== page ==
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Pharm Res. 2008 Aug;25(8):1751-61. doi: 10.1007/s11095-008-9571-x. Epub 2008 May 21.

Discovery and development of toll-like receptor 4 (TLR4) antagonists: a new paradigm for treating sepsis and other diseases.

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Division of Pharmaceutics and Biopharmaceutics, Faculty of Pharmaceutical Sciences, The University of British Columbia, Vancouver, British Columbia, Canada.


Sepsis remains the most common cause of death in intensive care units in the USA, with a current estimate of at least 750,000 cases per year, and 215,000 deaths annually. Despite extensive research still we do not quite understand the cellular and molecular mechanisms that are involved in triggering and propagation of septic injury. Endotoxin (lipopolysaccharide from Gram-negative bacteria, or LPS) has been implicated as a major cause of this syndrome. Inflammatory shock as a consequence of LPS release remains a serious clinical concern. In humans, inflammatory responses to LPS result in the release of cytokines and other cell mediators from monocytes and macrophages, which can cause fever, shock, organ failure and death. A number of different approaches have been investigated to try to treat and/or prevent the septic shock associated with infections caused by Gram-negative bacteria, including blockage of one or more of the cytokines induced by LPS. Recently several novel amphipathic compounds have been developed as direct LPS antagonists at the LPS receptor, TLR4. This review article will outline the current knowledge on the TLR4-LPS synthesis and discuss the signaling, in vitro pre-clinical and in vivo clinical evaluation of TLR4 antagonists and their potential use in sepsis and a variety of diseases such as atherosclerosis as well as hepatic and renal malfunction.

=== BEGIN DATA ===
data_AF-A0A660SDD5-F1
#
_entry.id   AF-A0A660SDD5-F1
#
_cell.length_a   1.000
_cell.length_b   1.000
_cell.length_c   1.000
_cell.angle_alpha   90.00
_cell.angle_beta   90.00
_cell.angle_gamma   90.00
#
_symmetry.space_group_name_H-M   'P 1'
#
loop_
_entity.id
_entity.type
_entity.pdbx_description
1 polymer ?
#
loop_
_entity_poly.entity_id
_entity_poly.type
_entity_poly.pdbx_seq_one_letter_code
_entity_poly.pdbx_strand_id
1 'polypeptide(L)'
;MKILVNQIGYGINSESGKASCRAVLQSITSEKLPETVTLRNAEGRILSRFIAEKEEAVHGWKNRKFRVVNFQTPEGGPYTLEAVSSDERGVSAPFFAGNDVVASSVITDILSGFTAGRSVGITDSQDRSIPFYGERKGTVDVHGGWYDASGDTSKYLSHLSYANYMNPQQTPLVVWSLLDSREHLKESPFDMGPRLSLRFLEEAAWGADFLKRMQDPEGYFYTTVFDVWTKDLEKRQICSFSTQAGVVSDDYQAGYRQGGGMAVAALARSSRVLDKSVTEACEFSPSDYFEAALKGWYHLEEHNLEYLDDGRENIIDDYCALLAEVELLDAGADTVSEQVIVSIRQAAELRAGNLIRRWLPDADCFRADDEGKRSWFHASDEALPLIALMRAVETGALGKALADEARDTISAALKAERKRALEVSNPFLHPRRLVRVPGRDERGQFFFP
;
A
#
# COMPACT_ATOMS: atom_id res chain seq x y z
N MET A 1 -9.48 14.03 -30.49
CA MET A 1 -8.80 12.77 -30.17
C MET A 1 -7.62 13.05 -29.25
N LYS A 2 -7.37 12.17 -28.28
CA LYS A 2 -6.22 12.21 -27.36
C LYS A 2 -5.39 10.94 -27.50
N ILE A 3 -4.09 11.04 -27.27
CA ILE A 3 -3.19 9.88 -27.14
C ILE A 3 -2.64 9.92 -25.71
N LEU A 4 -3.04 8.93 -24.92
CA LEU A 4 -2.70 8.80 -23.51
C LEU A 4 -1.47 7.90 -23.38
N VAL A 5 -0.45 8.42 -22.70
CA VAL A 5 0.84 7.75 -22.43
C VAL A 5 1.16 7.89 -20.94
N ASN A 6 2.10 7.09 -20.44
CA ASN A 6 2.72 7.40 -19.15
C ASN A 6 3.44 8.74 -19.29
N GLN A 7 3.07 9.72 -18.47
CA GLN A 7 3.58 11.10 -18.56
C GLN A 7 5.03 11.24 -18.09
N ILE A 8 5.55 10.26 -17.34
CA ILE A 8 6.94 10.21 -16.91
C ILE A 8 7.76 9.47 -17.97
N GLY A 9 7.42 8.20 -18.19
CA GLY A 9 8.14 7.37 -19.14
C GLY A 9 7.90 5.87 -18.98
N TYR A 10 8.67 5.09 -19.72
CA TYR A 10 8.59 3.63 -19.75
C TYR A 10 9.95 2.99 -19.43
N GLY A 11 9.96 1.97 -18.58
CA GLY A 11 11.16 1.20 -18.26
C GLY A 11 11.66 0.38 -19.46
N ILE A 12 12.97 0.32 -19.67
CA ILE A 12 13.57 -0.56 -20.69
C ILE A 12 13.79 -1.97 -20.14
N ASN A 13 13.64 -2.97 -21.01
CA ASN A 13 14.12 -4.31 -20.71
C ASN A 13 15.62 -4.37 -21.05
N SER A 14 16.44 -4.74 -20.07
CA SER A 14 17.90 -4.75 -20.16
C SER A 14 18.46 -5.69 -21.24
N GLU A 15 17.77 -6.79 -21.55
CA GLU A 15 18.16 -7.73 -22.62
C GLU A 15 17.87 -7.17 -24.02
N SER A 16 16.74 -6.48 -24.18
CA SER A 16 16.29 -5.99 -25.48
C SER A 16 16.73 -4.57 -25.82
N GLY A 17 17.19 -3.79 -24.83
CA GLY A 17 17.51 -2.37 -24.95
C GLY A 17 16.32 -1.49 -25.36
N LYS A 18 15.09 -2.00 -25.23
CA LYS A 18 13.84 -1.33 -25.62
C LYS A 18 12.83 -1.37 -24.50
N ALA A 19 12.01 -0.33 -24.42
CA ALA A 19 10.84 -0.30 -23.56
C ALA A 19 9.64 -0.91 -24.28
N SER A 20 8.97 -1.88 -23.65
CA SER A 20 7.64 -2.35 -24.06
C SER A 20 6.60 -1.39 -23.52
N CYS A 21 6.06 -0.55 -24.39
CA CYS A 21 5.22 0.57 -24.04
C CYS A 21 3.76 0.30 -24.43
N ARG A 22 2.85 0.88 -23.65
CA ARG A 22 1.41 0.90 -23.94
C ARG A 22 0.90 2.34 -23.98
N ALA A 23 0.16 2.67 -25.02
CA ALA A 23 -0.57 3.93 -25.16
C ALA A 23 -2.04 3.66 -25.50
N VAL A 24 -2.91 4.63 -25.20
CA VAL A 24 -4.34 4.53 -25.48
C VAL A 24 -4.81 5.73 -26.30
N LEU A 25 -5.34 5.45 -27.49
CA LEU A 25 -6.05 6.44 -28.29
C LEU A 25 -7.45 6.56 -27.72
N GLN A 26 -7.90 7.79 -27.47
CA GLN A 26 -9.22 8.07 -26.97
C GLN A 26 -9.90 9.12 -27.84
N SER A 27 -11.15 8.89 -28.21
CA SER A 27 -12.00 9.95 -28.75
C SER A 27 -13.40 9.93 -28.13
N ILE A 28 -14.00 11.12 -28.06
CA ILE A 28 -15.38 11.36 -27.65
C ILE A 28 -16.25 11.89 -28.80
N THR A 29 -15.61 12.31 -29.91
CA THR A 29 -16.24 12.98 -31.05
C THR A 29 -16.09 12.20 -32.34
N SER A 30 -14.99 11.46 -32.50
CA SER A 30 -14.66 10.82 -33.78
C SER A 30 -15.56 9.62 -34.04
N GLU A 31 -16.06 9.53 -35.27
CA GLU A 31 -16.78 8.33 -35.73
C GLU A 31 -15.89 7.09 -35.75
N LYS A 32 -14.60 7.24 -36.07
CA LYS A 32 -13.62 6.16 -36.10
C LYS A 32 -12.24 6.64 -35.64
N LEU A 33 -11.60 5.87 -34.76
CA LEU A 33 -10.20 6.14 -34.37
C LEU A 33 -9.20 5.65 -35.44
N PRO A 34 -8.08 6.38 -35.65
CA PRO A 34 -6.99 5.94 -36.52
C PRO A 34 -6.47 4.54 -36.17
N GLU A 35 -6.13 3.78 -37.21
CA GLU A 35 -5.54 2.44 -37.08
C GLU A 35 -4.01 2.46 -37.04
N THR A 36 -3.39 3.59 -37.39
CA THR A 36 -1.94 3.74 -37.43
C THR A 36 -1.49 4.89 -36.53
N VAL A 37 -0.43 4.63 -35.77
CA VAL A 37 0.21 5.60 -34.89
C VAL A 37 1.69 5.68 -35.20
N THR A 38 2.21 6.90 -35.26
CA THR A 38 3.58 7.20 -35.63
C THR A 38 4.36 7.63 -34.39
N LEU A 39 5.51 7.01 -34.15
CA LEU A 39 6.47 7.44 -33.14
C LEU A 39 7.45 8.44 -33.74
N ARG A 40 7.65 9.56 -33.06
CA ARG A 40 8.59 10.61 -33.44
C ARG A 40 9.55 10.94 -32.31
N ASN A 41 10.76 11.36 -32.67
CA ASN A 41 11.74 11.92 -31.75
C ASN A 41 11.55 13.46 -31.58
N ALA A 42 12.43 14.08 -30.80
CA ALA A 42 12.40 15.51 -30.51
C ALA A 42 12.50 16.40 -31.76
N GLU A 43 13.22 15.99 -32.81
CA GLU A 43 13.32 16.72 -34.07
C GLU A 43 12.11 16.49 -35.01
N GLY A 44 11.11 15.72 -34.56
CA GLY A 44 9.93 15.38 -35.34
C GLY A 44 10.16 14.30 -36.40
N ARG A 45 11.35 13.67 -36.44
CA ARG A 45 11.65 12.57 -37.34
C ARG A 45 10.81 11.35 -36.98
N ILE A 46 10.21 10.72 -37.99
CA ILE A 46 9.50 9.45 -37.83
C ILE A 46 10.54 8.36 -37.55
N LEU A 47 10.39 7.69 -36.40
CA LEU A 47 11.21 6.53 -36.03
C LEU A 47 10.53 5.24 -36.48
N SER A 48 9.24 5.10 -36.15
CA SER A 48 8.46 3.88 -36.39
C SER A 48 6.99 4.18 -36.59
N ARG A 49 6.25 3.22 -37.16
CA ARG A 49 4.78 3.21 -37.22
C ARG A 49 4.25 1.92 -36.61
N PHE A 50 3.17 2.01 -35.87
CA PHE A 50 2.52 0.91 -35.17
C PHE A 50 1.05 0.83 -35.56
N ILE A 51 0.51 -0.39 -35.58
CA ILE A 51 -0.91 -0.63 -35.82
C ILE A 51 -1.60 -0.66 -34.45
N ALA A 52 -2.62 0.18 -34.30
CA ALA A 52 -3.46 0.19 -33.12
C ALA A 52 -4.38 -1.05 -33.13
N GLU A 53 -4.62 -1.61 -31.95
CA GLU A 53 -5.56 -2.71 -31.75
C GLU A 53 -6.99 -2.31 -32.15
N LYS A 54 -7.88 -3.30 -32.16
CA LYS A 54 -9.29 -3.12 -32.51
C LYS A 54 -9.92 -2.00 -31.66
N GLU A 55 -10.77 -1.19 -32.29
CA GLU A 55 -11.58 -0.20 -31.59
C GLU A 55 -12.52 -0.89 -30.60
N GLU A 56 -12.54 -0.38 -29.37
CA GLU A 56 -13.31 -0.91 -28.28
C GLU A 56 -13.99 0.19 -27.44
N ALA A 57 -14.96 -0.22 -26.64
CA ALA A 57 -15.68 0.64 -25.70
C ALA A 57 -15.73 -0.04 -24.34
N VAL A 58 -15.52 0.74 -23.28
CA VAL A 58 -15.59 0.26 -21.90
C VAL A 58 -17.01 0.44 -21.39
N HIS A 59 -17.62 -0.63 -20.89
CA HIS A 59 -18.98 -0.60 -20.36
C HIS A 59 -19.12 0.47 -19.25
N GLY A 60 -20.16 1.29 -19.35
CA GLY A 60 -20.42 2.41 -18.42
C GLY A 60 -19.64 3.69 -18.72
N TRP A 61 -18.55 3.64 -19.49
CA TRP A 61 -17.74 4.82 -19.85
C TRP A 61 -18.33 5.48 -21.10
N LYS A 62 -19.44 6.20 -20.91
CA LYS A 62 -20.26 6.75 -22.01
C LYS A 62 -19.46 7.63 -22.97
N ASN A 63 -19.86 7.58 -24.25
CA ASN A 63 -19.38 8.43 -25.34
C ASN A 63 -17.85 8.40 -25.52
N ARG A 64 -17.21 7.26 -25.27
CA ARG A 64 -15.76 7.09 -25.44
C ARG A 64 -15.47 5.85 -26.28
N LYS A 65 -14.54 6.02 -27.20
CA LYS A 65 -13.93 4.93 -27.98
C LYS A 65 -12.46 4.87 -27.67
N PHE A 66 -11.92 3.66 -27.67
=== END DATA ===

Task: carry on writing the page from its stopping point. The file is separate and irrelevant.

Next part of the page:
[Indexed for MEDLINE]
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